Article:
Go to Admin » Appearance » Widgets » and move Gabfire Widget: Social into that MastheadOverlay zone
October 17th, 2014 by Temple City Tribune
Young and lovely Mildred Lapson – Courtesy photo
Mildred and Herb Stevens, celebrating their 70-somethingth wedding anniversary – Photo by Terry Miller
Mildred with her own art book – Photo by Terry Miller
It is with a heavy heart that we let you know about the passing of one of our community icons and cherished local resident, Mildred Lapson Stevens. “Milly” as we knew her, was featured in our paper with regularity— both for her gorgeous artwork and her wonderful long-lasting marriage. We remember Milly, and wish peace and comfort on those who knew her, and love her still.
Artist Mildred Lapson Stevens, 91, pioneer and contributor to American culture, passed away October 4, 2014 surrounded by her beloved family. Mildred was born on January 4, 1923 in Brooklyn, New York to Charles and Edith (Weinshel) Lapson. She married Herbert Stevens on July 14, 1940 in Brooklyn, New York.
She is survived by her husband of 74 years; Herbert Stevens; daughters; Anita (Brent) Hunsaker of Tujunga, California and Deborah (Dennis) Hutton of Bend, Oregon; three grandchildren; James Parra of Glendale, California; Melanie (William) Steinkirchner of Corona, California; Jarrod Parra of Los Angeles, California; Brian Keller of Bend, Oregon; eight great grandchildren; one niece, and three nephews.
Mildred was an honor student in the first graduating class of the High School of Music and Art now based at Lincoln Center, New York.
Throughout the depression years, money was hard to come by. Mildred was working in commercial art at that time. She did textile designs. She designed packages for “Ideal Toy Company” and fashion illustrations for Bloomingdale’s Department Store in New York. After making a name for herself, she began working freelance out of her own home which she called her studio.
During the years of climbing the ladder, pursuing her chosen career of a fine artist, it was difficult as a female to get ahead in a field that was mainly dominated by males. Mildred was determined to succeed in her career as a fine artist and teacher, so in order for her work to speak for itself and not her gender she dropped her first name from her professional signature. By keeping her signature gender-anonymous, her work could compete fairly in the art world.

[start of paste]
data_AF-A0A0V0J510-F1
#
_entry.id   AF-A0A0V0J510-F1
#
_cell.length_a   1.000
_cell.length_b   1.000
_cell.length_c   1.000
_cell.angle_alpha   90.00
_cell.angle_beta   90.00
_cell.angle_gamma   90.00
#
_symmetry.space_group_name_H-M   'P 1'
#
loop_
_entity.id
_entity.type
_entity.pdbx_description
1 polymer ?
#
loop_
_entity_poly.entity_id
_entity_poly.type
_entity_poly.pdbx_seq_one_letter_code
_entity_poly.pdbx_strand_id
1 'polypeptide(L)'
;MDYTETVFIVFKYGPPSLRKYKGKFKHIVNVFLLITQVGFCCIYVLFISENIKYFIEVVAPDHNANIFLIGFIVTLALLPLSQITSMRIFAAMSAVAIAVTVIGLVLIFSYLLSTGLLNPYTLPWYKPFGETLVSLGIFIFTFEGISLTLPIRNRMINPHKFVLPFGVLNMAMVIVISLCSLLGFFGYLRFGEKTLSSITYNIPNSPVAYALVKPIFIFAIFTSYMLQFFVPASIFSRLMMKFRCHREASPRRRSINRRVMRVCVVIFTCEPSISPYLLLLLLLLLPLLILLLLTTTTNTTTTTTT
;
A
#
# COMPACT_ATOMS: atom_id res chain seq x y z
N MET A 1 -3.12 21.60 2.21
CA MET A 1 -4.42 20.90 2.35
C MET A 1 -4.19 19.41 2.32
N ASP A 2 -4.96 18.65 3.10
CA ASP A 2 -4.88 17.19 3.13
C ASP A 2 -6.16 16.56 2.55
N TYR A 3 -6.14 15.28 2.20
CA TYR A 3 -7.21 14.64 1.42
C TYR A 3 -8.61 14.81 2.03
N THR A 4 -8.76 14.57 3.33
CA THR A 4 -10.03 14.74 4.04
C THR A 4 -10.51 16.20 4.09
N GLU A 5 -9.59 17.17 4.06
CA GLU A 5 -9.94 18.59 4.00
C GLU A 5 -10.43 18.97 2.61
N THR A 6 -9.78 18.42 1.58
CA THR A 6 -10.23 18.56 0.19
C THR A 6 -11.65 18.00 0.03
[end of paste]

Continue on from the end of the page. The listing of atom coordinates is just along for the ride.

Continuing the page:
Mildred also taught at Pasadena City College, instructing students in drawing, painting, and art history for over forty-five years. She received numerous awards and accolades over the years.
Final resting place is at Mount Sinai Memorial Park in Los Angeles, California. Services were held Sunday, October 5, 2014.
But let’s hear more about Mildred–she was also an accomplished pianist, and a gourmet chef. She and Herb, a linguist and highly decorated World War II Navy veteran, though married for 74 years, knew each other for more than 77! She once told us the secret to that long-lasting love was, “When you’re handed lemons, you make lemonade…plus, we laugh a lot!”
Before they were married in 1940, when she was only 17, Milly told Herb that no one, not even he, would be able to keep her from pursuing the art career she was passionate about. Herb agreed, and became a steadfast partner in artistic enterprises.
In Monrovia, in 1963, Mildred Lapson founded the Monrovia Art Festival that continues to this day. She’s listed in “Who’s Who of American Art,” and Milly let us know, “During the U.S. Bi-Centennial, the Department of Justice and Immigration chose my work to tour the U.S. in all the major museums and Presidential Libraries for three years. At the Reagan Library in Simi Valley, President Ronald Reagan and Nancy Regan hosted a gala reception!”
In addition to her works shown in the Metropolitan Museum, New York, NY; the Wadsworth Athenaeum Museum, Hartford, CT; Los Angeles County Museum, CA; the Frye museum, Seattle, WA; and Plymouth Hall Museum, Plymouth, MA to name a few among over fifty major museums and galleries across the country, Lapson’s works are also included in numerous private and corporate collections in the United States and abroad, and are included in the Permanent Collection and Archives of the Pasadena Museum of History, Pasadena CA; the Permanent Collection and Archives of the Colchester Historical Society, Colchester, CT; the Permanent Collection and Archives of the Monrovia Historical Museum, Monrovia, CA; the Permanent Collection and Archives of California’s State Theater; the Pasadena Playhouse; the Archives of the National Museum of Women in the Arts, Washington, D.C.; and the Permanent Collection in Perpetuity of the Ellis Island Museum, at Statue of Liberty Island, NY.
Even when she retired, Milly continued to do guest lectures, critiques and to jury Art Competitions throughout the U.S. including Catalina Island and Hawaii.
Milly said about her philosophy, “Light emphasizes the forms of life, and makes me strongly aware of the dimensions of the dark. As in the facets of life, it is impossible for me to feel one without the other. Rays of light punctuate the prisms of brilliance on the jewels of life, which light my way in the creative expression of my art.
“To express my aesthetic feeling of a subject, be it an old boot, the time of day or year, a ripple of water, music, a person, a mob, a breeze, a piece of satin or burlap, heat, laughter, sadness, rain, fog, or an event…I must feel the close touch both physically and emotionally. Every sense must be stirred.
“Since art in every age is a reflection of life, I feel that it is important to have a deep appreciation of its varied facets, and to be empathetic to human nature.”
We at Beacon Media pay tribute to a wonderful teacher, student of life, and master artist whose deep love and passion for art, for her family, and for humanity will never be forgotten. Goodbye, Milly. We miss you already.